5.) Repeat this process for each of the three wires.

6.) Now its time to put the receptacle into the box.  Technically, according to the National Electric Code (NEC), there is no “correct” way to insert a receptacle in terms of ground up or ground down.  Personally, and I think professionally also, it is wise to fasten the receptacle with the grounds facing up (see below).  Why?  Good question, if the device you have plugged in wriggles out a bit, you will have some of the metal on the male plug exposed.  Now suppose something falls on this that is conductive in nature such as a metal picture frame.  If it hits the hot and neutral at the same time, the circuit will short out and could present a potentially dangerous situation.  If that same object falls and hits the ground pin of the male plug end on the way down, there will be no short, just a broken picture frame.

Installing an outlet, installing a receptacle, how to install an outlet

7.) To facilitate this process, bend the wires accordion style behind the receptacle.  If you have a 20A receptacle (12G wire) or many wires on the receptacle this will be more difficult.  Patience and tenacity are key here, try not to be too rough with the wires and don’t damage the jacket of the wire with a sharp object when trying to push them in, even the tip of pliers can damage the jacket.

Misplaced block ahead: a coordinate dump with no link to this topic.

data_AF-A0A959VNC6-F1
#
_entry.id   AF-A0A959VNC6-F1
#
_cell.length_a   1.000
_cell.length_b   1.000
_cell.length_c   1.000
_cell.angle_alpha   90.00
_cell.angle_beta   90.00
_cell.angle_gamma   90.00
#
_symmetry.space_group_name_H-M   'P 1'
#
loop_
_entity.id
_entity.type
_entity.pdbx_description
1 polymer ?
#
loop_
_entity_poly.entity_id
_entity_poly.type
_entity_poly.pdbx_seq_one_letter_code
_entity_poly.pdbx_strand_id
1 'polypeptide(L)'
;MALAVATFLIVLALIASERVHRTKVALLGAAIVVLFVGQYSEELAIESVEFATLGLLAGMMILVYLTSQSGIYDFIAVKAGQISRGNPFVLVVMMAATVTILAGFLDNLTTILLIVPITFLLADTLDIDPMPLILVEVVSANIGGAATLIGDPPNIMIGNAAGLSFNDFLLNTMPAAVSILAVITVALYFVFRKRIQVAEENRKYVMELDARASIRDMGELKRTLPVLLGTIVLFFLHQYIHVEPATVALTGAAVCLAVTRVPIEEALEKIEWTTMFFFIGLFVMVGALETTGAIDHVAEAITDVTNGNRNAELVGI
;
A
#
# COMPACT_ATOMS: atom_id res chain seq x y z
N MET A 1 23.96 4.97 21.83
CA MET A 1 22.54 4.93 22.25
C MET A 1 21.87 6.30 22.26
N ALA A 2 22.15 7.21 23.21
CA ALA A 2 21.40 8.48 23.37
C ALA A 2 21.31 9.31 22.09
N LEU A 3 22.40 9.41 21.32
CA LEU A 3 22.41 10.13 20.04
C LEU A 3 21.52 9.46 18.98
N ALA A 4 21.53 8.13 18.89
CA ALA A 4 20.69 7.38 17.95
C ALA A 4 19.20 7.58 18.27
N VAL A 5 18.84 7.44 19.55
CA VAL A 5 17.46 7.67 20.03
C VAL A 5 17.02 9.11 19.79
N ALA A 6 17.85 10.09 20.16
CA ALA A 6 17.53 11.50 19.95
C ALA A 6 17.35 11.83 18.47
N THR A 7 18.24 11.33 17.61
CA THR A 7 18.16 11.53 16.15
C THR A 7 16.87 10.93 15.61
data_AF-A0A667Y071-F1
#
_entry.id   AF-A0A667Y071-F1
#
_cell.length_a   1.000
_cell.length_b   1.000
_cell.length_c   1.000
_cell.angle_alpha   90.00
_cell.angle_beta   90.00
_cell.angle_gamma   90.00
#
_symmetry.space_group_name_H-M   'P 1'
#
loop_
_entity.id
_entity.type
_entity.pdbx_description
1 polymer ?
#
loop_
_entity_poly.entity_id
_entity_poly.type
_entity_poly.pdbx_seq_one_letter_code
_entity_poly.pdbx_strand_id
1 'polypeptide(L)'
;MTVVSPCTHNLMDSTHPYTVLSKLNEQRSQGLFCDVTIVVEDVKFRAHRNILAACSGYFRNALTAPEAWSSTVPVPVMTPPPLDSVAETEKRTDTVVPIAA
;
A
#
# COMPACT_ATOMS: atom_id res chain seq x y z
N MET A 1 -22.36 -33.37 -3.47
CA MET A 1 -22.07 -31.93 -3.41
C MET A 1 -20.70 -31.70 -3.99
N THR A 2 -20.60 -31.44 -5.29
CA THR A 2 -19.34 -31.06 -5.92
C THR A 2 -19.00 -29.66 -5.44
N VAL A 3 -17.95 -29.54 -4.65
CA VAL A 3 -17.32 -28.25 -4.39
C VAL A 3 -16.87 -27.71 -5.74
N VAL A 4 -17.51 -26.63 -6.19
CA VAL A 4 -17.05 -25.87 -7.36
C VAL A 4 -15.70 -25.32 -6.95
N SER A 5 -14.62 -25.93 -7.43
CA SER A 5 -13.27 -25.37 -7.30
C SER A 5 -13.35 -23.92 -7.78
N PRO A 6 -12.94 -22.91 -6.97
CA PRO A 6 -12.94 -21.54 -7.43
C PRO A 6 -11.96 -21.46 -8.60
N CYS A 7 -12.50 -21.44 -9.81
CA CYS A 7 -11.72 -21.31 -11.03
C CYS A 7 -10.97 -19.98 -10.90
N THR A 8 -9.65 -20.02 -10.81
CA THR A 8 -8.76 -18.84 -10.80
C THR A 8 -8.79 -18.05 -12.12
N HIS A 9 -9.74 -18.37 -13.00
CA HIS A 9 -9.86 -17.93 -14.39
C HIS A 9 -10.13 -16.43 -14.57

8.) Screw the receptacle into the box so that it is flush with the wall.  Sometimes, this can be tricky, you want the receptacle to be flush with the wall when you put the cover plate on.  You may have to adjust the depth of the receptacle so it will fit just right with the cover plate.

Installing an outlet, installing a receptacle, how to install an outlet

9.) Screw on the cover plate.  Be careful with this part, if the cover plate is not nylon it may break if you tighten the screw to much.  If the plate doesn’t fit well, don’t force it, take it off and adjust the receptacle screws and position of the receptacle.

Installing an outlet, installing a receptacle, how to install an outlet

 

That’s it! You’ve done it, feel free to leave a comment or ask any questions you’d like.  Thanks for reading!